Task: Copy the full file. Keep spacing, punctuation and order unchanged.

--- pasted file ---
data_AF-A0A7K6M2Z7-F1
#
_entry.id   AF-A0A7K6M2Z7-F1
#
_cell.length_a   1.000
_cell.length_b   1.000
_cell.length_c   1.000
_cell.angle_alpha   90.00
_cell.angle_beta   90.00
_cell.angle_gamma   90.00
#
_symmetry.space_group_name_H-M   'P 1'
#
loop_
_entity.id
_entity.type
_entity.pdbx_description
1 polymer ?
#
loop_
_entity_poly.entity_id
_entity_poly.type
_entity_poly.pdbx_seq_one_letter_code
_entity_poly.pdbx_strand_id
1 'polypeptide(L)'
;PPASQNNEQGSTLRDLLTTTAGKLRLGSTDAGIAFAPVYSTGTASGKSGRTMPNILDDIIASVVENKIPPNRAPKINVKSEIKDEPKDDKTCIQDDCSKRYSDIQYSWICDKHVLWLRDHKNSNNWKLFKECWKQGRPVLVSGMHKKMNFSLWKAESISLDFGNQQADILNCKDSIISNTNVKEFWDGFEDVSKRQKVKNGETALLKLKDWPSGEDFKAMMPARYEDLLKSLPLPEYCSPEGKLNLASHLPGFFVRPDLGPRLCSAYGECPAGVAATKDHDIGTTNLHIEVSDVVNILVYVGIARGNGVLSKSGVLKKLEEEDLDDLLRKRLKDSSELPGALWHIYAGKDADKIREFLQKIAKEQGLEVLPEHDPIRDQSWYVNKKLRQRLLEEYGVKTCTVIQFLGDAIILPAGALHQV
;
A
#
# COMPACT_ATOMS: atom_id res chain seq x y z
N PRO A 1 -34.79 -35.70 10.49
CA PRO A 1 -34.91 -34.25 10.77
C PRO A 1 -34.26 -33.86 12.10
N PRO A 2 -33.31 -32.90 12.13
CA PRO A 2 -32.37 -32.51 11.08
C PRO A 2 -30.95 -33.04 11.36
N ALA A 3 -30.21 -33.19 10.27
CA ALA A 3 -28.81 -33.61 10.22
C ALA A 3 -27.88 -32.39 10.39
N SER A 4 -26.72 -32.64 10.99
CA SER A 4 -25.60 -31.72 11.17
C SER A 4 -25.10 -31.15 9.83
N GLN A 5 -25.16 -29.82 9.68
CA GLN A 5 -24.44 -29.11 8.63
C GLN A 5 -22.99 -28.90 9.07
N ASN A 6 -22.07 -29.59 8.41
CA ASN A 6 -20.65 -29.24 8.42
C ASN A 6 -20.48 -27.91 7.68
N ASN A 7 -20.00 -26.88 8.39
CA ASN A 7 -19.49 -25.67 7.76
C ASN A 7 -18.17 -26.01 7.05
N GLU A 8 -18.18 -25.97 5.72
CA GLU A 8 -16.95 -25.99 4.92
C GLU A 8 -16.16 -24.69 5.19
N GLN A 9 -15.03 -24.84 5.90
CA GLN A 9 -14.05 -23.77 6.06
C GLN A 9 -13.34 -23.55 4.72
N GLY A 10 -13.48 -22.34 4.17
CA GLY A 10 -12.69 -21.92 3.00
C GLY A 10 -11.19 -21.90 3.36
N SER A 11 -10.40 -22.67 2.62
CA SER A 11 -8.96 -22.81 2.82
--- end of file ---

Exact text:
data_AF-A0A7K6M2Z7-F1
#
_entry.id   AF-A0A7K6M2Z7-F1
#
_cell.length_a   1.000
_cell.length_b   1.000
_cell.length_c   1.000
_cell.angle_alpha   90.00
_cell.angle_beta   90.00
_cell.angle_gamma   90.00
#
_symmetry.space_group_name_H-M   'P 1'
#
loop_
_entity.id
_entity.type
_entity.pdbx_description
1 polymer ?
#
loop_
_entity_poly.entity_id
_entity_poly.type
_entity_poly.pdbx_seq_one_letter_code
_entity_poly.pdbx_strand_id
1 'polypeptide(L)'
;PPASQNNEQGSTLRDLLTTTAGKLRLGSTDAGIAFAPVYSTGTASGKSGRTMPNILDDIIASVVENKIPPNRAPKINVKSEIKDEPKDDKTCIQDDCSKRYSDIQYSWICDKHVLWLRDHKNSNNWKLFKECWKQGRPVLVSGMHKKMNFSLWKAESISLDFGNQQADILNCKDSIISNTNVKEFWDGFEDVSKRQKVKNGETALLKLKDWPSGEDFKAMMPARYEDLLKSLPLPEYCSPEGKLNLASHLPGFFVRPDLGPRLCSAYGECPAGVAATKDHDIGTTNLHIEVSDVVNILVYVGIARGNGVLSKSGVLKKLEEEDLDDLLRKRLKDSSELPGALWHIYAGKDADKIREFLQKIAKEQGLEVLPEHDPIRDQSWYVNKKLRQRLLEEYGVKTCTVIQFLGDAIILPAGALHQV
;
A
#
# COMPACT_ATOMS: atom_id res chain seq x y z
N PRO A 1 -34.79 -35.70 10.49
CA PRO A 1 -34.91 -34.25 10.77
C PRO A 1 -34.26 -33.86 12.10
N PRO A 2 -33.31 -32.90 12.13
CA PRO A 2 -32.37 -32.51 11.08
C PRO A 2 -30.95 -33.04 11.36
N ALA A 3 -30.21 -33.19 10.27
CA ALA A 3 -28.81 -33.61 10.22
C ALA A 3 -27.88 -32.39 10.39
N SER A 4 -26.72 -32.64 10.99
CA SER A 4 -25.60 -31.72 11.17
C SER A 4 -25.10 -31.15 9.83
N GLN A 5 -25.16 -29.82 9.68
CA GLN A 5 -24.44 -29.11 8.63
C GLN A 5 -22.99 -28.90 9.07
N ASN A 6 -22.07 -29.59 8.41
CA ASN A 6 -20.65 -29.24 8.42
C ASN A 6 -20.48 -27.91 7.68
N ASN A 7 -20.00 -26.88 8.39
CA ASN A 7 -19.49 -25.67 7.76
C ASN A 7 -18.17 -26.01 7.05
N GLU A 8 -18.18 -25.97 5.72
CA GLU A 8 -16.95 -25.99 4.92
C GLU A 8 -16.16 -24.69 5.19
N GLN A 9 -15.03 -24.84 5.90
CA GLN A 9 -14.05 -23.77 6.06
C GLN A 9 -13.34 -23.55 4.72
N GLY A 10 -13.48 -22.34 4.17
CA GLY A 10 -12.69 -21.92 3.00
C GLY A 10 -11.19 -21.90 3.36
N SER A 11 -10.40 -22.67 2.62
CA SER A 11 -8.96 -22.81 2.82